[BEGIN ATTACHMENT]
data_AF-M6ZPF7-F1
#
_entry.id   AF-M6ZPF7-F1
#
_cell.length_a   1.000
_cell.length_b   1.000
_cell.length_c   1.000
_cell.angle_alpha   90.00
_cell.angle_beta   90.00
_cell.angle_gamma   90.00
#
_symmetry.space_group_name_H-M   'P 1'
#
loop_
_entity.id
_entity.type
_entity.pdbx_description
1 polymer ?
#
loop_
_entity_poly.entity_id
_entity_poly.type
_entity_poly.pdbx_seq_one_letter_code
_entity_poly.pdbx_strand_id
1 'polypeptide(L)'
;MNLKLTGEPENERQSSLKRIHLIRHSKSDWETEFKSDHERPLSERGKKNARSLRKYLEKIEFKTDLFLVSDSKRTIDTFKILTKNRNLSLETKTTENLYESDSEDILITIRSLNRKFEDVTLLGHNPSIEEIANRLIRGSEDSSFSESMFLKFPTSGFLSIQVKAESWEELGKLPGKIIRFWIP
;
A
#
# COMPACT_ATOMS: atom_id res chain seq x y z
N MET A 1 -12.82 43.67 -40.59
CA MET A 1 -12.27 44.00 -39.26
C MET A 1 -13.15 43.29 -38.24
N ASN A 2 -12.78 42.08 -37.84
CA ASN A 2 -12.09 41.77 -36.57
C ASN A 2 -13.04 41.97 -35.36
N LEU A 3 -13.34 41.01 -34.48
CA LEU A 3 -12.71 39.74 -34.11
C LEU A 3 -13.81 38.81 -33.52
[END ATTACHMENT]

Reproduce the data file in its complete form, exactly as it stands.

data_AF-M6ZPF7-F1
#
_entry.id   AF-M6ZPF7-F1
#
_cell.length_a   1.000
_cell.length_b   1.000
_cell.length_c   1.000
_cell.angle_alpha   90.00
_cell.angle_beta   90.00
_cell.angle_gamma   90.00
#
_symmetry.space_group_name_H-M   'P 1'
#
loop_
_entity.id
_entity.type
_entity.pdbx_description
1 polymer ?
#
loop_
_entity_poly.entity_id
_entity_poly.type
_entity_poly.pdbx_seq_one_letter_code
_entity_poly.pdbx_strand_id
1 'polypeptide(L)'
;MNLKLTGEPENERQSSLKRIHLIRHSKSDWETEFKSDHERPLSERGKKNARSLRKYLEKIEFKTDLFLVSDSKRTIDTFKILTKNRNLSLETKTTENLYESDSEDILITIRSLNRKFEDVTLLGHNPSIEEIANRLIRGSEDSSFSESMFLKFPTSGFLSIQVKAESWEELGKLPGKIIRFWIP
;
A
#
# COMPACT_ATOMS: atom_id res chain seq x y z
N MET A 1 -12.82 43.67 -40.59
CA MET A 1 -12.27 44.00 -39.26
C MET A 1 -13.15 43.29 -38.24
N ASN A 2 -12.78 42.08 -37.84
CA ASN A 2 -12.09 41.77 -36.57
C ASN A 2 -13.04 41.97 -35.36
N LEU A 3 -13.34 41.01 -34.48
CA LEU A 3 -12.71 39.74 -34.11
C LEU A 3 -13.81 38.81 -33.52